NEW YORK — List availability, database creation, pricing and fee structures are four major issues for the list industry, according to a panel of professionals here yesterday at the Direct Marketing Association's List Vision 2003 Conference at the Marriott Marquis.
“It's no secret that the direct marketing industry has been in a recession since fall 2000,” said Don Mokrynski, president of Mokrynski & Associates Inc.
As a result, mailers began relying more on house file names and less on prospecting, which led to shrinking list universes, he said.
Further, many new lists on the market lack the quality of a traditional direct response list, another panelist said.
“Many of the names generated by other sources are not as productive as traditional lists,” said Adrea Rubin, CEO of Adrea Rubin Marketing Inc.
As for the proliferation of cooperative, compiled and private databases, panelists had mixed feelings.
These types of databases have been around quite awhile for business to business and are used successfully by most mailers, said Max Bartko, president of business to business at Direct Media Inc. Many list firms offer private databases to their BTB clients, he added.
In the BTB co-op arena, “Abacus has the lead as far as I can tell,” he said.
But on the consumer side, the multitude of cooperative databases hurts response, according to one participant.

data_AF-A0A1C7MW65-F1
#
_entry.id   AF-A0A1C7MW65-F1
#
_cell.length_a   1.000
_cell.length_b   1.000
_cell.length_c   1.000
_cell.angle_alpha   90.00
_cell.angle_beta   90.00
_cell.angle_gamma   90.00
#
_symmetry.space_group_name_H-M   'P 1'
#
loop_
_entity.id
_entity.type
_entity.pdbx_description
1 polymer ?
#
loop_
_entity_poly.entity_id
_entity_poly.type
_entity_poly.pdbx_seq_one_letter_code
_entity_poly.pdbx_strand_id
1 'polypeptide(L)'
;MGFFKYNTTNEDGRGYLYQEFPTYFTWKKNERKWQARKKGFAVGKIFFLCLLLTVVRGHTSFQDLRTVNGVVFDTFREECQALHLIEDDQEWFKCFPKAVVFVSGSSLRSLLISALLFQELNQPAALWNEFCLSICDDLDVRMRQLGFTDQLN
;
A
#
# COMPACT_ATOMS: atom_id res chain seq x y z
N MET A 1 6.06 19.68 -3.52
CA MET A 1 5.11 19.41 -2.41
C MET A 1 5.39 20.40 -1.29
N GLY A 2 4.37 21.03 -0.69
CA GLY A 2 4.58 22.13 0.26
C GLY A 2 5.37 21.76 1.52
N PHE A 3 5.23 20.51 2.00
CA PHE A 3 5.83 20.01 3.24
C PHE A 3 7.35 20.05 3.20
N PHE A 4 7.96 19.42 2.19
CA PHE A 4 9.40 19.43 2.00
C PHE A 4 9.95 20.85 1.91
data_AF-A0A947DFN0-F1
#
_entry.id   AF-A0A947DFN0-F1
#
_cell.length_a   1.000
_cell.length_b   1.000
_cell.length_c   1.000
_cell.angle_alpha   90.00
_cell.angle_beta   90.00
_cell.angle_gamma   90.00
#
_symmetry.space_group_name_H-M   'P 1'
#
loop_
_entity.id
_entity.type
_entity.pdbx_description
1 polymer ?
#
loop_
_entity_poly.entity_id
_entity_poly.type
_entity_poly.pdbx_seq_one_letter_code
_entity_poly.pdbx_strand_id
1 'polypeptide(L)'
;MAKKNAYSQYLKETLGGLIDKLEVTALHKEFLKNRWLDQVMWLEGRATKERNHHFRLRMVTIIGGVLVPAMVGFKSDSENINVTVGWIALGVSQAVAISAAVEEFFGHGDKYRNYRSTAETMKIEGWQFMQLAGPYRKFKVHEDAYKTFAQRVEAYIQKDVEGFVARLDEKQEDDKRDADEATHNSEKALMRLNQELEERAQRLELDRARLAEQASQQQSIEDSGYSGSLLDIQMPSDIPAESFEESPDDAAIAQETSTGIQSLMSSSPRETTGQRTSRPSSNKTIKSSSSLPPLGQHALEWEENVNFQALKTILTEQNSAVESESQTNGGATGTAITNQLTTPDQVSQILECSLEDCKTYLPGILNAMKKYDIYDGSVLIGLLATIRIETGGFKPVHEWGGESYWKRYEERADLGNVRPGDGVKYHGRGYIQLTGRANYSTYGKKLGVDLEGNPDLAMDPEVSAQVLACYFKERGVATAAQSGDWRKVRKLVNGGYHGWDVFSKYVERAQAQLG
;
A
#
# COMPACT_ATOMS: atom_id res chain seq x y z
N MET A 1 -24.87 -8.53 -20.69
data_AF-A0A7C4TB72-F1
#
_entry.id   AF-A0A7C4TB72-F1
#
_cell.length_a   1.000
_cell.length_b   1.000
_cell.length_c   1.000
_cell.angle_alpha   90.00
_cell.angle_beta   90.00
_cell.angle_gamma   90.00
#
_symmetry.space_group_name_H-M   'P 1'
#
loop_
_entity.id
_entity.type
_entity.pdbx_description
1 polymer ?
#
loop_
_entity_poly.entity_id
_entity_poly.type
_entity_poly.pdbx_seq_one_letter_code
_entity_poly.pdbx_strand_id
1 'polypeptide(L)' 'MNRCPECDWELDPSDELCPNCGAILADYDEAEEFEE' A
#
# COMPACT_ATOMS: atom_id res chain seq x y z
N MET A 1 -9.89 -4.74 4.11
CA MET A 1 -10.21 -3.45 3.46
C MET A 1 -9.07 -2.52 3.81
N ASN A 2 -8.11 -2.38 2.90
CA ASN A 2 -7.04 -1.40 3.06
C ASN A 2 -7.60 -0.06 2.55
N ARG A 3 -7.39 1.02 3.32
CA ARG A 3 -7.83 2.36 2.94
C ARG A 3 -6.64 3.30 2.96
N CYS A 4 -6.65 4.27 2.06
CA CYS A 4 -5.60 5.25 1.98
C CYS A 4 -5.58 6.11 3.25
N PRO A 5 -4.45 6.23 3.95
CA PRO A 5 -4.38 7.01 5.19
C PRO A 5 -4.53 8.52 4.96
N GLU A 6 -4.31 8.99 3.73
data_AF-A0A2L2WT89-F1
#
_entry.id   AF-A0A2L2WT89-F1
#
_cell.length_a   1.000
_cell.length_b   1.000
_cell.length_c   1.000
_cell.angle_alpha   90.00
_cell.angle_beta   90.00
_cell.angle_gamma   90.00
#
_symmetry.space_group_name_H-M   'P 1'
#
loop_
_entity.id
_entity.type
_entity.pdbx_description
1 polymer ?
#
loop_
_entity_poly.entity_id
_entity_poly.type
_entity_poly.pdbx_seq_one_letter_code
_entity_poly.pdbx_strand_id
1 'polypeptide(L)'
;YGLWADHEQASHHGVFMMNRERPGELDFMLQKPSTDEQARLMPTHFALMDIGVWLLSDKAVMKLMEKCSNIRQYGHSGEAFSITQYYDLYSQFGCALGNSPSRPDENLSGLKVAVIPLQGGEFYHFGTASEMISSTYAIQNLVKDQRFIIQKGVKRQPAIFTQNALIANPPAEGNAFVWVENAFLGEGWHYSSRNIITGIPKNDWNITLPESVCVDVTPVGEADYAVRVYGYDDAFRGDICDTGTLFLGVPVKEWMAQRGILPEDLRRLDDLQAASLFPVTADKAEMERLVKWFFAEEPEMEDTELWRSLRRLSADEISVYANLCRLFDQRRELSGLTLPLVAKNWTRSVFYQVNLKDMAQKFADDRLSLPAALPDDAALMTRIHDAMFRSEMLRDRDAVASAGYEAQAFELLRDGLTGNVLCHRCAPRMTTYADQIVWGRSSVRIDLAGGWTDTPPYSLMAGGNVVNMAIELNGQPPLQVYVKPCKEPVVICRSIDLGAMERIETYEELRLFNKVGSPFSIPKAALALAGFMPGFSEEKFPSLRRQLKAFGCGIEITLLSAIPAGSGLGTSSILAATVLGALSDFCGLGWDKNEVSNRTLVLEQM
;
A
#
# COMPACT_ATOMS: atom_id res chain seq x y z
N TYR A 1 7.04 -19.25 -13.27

“Response is going down due to databases,” said Lon Mandel, marketing services officer at ClientLogic Specialists Marketing Services.
He also noted that list brokers get about 10 percent commission on several of the co-ops and no commission from the Abacus co-op.
“We've helped to grow these databases, and we get half or none of our regular commission,” he said.
The topic segued into the general pricing issues that list professionals confront daily. Panelists agreed that though some mailers need a price break to make a list work, some brokers ask for discounts that their clients may not need. Mandel called this phenomenon the “broker bluff.”
“I tell my clients to be prepared to walk away,” Rubin said about pricing negotiations.
Fee structure for list brokers and managers also was discussed. The traditional commissions of 20 percent for brokers and 10 percent for managers are often discounted, panelists said.
“You don't expect to work for a client and lose money,” said panelist Mal McCluskey, CEO of List Services Corp. List companies need to look seriously at return on investment and focus on accounts that can make them money, he said.
All agreed that these days the rule seems to be more work for less money.
“Fee structure concerns all of us,” Rubin said. “We should be paid for the performance and the work we do.”
The moderator, Rosemarie Montroy, executive vice president at Direct Media Inc., ended the session by asking each panelist to name one positive thing about the current list industry.
The panelists all cited the ways in which technology has improved the industry, though Mokrynski also noted insert media as an area with room for growth and McCluskey mentioned strategic alliances.